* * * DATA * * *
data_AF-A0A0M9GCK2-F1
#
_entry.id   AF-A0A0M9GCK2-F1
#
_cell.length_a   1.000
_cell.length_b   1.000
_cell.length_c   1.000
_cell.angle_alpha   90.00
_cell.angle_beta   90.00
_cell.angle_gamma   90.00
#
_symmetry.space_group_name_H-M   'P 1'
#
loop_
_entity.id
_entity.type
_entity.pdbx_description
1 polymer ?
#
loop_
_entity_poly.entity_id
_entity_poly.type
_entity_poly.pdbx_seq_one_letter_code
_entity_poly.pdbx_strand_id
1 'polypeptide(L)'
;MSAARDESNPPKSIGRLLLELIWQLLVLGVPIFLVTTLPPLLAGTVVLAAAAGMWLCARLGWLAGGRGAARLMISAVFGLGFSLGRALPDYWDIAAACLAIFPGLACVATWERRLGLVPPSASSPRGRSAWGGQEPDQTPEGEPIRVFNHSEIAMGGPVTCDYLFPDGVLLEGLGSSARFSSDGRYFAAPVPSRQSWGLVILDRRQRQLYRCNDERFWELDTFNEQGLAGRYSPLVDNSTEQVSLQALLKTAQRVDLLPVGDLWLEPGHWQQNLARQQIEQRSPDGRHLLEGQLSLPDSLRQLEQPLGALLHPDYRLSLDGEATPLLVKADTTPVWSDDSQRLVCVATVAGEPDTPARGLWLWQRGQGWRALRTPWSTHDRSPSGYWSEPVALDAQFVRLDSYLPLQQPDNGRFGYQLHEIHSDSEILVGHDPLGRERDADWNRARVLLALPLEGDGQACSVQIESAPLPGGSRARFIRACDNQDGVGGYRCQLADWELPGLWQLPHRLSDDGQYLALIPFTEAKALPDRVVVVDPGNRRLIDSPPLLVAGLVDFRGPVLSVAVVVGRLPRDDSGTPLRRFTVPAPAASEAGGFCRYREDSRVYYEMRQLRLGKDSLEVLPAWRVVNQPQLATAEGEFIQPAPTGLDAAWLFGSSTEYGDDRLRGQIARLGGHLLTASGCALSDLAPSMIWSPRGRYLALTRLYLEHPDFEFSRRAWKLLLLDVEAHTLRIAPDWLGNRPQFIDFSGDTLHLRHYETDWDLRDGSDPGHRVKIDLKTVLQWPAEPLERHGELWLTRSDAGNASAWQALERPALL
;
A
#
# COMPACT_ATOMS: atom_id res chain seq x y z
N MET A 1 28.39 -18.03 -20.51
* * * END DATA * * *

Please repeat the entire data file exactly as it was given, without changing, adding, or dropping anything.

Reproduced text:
data_AF-A0A0M9GCK2-F1
#
_entry.id   AF-A0A0M9GCK2-F1
#
_cell.length_a   1.000
_cell.length_b   1.000
_cell.length_c   1.000
_cell.angle_alpha   90.00
_cell.angle_beta   90.00
_cell.angle_gamma   90.00
#
_symmetry.space_group_name_H-M   'P 1'
#
loop_
_entity.id
_entity.type
_entity.pdbx_description
1 polymer ?
#
loop_
_entity_poly.entity_id
_entity_poly.type
_entity_poly.pdbx_seq_one_letter_code
_entity_poly.pdbx_strand_id
1 'polypeptide(L)'
;MSAARDESNPPKSIGRLLLELIWQLLVLGVPIFLVTTLPPLLAGTVVLAAAAGMWLCARLGWLAGGRGAARLMISAVFGLGFSLGRALPDYWDIAAACLAIFPGLACVATWERRLGLVPPSASSPRGRSAWGGQEPDQTPEGEPIRVFNHSEIAMGGPVTCDYLFPDGVLLEGLGSSARFSSDGRYFAAPVPSRQSWGLVILDRRQRQLYRCNDERFWELDTFNEQGLAGRYSPLVDNSTEQVSLQALLKTAQRVDLLPVGDLWLEPGHWQQNLARQQIEQRSPDGRHLLEGQLSLPDSLRQLEQPLGALLHPDYRLSLDGEATPLLVKADTTPVWSDDSQRLVCVATVAGEPDTPARGLWLWQRGQGWRALRTPWSTHDRSPSGYWSEPVALDAQFVRLDSYLPLQQPDNGRFGYQLHEIHSDSEILVGHDPLGRERDADWNRARVLLALPLEGDGQACSVQIESAPLPGGSRARFIRACDNQDGVGGYRCQLADWELPGLWQLPHRLSDDGQYLALIPFTEAKALPDRVVVVDPGNRRLIDSPPLLVAGLVDFRGPVLSVAVVVGRLPRDDSGTPLRRFTVPAPAASEAGGFCRYREDSRVYYEMRQLRLGKDSLEVLPAWRVVNQPQLATAEGEFIQPAPTGLDAAWLFGSSTEYGDDRLRGQIARLGGHLLTASGCALSDLAPSMIWSPRGRYLALTRLYLEHPDFEFSRRAWKLLLLDVEAHTLRIAPDWLGNRPQFIDFSGDTLHLRHYETDWDLRDGSDPGHRVKIDLKTVLQWPAEPLERHGELWLTRSDAGNASAWQALERPALL
;
A
#
# COMPACT_ATOMS: atom_id res chain seq x y z
N MET A 1 28.39 -18.03 -20.51